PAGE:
Wednesday, March 31, 2010

Disposable Income Increasing Due To Growth In Government Sector

Personal income and consumer spending have both been increasing in recent months, which ordinary would bode well for an economic recovery. This increase in income and spending, though, has been fueled by government salaries and transfer payments as opposed to being caused by expansion of private payrolls. See the following post from Expected Returns.

Consumer spending, which is directly correlated with personal income, is one of the keys to an economic recovery. At first glance, consistently rising personal income figures suggest an economic recovery, albeit a weak one, is at hand. However, the characteristics of the data leaves me very hesitant to say that the worst is over. From the Bureau of Economic Analysis:

Personal income increased $1.2 billion, or less than 0.1 percent, and disposable personal income (DPI) increased $1.6 billion, or less than 0.1 percent, in February, according to the Bureau of Economic Analysis. Personal consumption expenditures (PCE) increased $34.7 billion, or 0.3 percent. In January, personal income increased $30.4 billion, or 0.3 percent, DPI decreased $26.0 billion, or 0.2 percent,and PCE increased $38.5 billion, or 0.4 percent, based on revised estimates.

Real disposable income increased less than 0.1 percent in February, in contrast to a decrease of 0.4 percent in January. Real PCE increased 0.3 percent, compared with an increase of 0.2 percent.
Personal income is rising along with consumption, so what makes me so suspicious of these figures? In short, government spending is accounting for an outsized portion of personal income growth. We have yet to see job creation in the private sector, and until we do, we will be bottom bouncing for a long, long time.

Government Spending Bull Market

If government spending were a stock, I would have invested all of my life savings into the stock long ago. There is clearly nothing stopping our government from spending money we don't have to thwart an economic Depression caused by...spending money we don't have.

While the private sector continues to shed payroll month after month, those lucky enough to work for the government have bucked the downward trend in salary disbursements. When governments wantonly spend, growth always stagnates, since the private sector is where all real innovations come from. If you think the government knows how to innovate and spur business growth, just think for a second about the failures known as the U.S. Postal Service and Amtrak. The more the government spends, the less money we have to invest in future economic growth.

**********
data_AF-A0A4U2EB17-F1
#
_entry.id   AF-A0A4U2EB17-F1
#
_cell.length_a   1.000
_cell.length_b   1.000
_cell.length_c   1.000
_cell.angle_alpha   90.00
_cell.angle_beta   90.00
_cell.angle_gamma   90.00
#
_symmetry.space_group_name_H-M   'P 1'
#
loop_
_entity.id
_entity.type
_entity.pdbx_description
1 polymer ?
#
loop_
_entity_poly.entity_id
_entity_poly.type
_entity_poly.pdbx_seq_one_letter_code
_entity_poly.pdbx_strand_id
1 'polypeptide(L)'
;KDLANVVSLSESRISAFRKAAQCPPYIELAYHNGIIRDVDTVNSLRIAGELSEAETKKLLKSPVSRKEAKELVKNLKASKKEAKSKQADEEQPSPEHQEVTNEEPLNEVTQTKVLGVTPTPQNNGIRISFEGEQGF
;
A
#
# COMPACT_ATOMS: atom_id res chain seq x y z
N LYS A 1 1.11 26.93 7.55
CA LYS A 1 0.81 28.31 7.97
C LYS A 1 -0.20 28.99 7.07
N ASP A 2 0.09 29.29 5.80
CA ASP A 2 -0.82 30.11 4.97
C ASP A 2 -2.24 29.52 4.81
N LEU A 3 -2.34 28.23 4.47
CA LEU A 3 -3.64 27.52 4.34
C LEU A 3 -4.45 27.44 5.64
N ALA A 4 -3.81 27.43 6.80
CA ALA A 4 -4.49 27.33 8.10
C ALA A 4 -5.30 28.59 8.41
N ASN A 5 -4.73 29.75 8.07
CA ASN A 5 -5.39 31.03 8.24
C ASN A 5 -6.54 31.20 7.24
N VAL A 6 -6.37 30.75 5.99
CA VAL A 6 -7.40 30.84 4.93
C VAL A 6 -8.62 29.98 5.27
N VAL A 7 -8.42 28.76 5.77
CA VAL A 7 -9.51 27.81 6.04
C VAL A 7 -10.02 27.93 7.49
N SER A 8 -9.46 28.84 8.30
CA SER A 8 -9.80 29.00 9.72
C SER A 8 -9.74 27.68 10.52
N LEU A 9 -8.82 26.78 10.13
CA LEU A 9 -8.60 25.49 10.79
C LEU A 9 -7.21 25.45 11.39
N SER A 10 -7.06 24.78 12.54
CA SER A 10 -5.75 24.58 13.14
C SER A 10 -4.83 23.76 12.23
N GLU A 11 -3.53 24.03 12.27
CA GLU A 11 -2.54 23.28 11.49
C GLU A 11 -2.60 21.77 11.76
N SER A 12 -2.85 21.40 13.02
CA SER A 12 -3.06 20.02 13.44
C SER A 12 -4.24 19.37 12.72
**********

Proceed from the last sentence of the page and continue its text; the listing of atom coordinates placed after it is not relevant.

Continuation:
Government Transfer Payments

The government has opened up the coffers to anyone and everyone in an effort to placate the large portion of the population that realizes there is no economic recovery. Government transfer payments, which include government unemployment benefits, have risen steadily in a clear sign that there is no organic growth in our economy.

If someone can explain to me what is materially different from the U.S. and countries we would characterize as "welfare states," I would like to know. History shows that government handouts are a temporary expedient that do much more long-term harm than good.



Real Personal Income Minus Transfer Payments

The Twilight Zone economic recovery becomes apparent when we adjust real personal income to account for government handouts. After peaking in 2007, real personal income excluding transfer payments has cratered, and we haven't even experienced the obligatory dead cat bounce.




We all need to put our preconceived notions aside and just think logically for a second. If our economy were really recovering, there would be no reason for the government to ratchet up spending, extend unemployment benefits over and over again, provide endless support to housing, and manipulate the bond market. The fact remains that the government is doing all of these things in an unprecedented fashion, and there are still no jobs. It's time to wake up to reality folks.

The crisis of confidence that inevitably follows prolonged periods of economic weakness is coming. The gold and bond markets are telling you everything you need to know.

This post has been republished from Moses Kim's blog, Expected Returns.
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